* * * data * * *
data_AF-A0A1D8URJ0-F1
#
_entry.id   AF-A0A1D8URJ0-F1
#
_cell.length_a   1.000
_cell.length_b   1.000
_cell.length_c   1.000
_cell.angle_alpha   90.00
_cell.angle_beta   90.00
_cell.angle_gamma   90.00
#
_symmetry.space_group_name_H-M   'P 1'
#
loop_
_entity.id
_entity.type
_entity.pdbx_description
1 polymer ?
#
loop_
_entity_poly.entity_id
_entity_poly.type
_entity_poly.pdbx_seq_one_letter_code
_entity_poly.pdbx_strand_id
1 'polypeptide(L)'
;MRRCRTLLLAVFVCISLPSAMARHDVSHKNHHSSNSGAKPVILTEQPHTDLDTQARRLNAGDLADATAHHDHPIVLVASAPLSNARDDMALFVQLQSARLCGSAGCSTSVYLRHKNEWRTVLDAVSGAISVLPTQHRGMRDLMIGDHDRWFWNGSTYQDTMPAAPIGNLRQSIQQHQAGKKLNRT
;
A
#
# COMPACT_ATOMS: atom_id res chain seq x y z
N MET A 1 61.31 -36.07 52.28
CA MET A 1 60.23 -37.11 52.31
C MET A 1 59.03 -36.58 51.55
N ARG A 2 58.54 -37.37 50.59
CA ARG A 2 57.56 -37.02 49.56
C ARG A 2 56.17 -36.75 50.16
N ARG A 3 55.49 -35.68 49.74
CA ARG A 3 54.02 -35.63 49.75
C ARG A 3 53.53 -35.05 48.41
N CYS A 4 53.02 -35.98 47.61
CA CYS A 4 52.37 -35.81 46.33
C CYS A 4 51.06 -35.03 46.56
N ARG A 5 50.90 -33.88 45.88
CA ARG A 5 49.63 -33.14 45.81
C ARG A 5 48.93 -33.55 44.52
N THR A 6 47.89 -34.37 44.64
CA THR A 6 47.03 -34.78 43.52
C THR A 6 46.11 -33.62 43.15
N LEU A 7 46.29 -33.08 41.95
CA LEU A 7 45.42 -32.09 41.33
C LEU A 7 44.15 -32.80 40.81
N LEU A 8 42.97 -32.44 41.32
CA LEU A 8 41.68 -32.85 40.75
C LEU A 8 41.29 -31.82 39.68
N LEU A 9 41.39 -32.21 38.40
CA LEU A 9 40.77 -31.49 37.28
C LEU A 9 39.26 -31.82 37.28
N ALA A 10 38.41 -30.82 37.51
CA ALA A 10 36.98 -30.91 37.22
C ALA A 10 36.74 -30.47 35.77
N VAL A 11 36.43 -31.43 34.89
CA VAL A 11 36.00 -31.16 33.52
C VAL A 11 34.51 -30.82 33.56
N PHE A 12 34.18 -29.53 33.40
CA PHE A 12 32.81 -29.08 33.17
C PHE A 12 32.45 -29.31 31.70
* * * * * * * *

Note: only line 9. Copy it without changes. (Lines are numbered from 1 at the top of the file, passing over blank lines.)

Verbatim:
_cell.angle_beta   90.00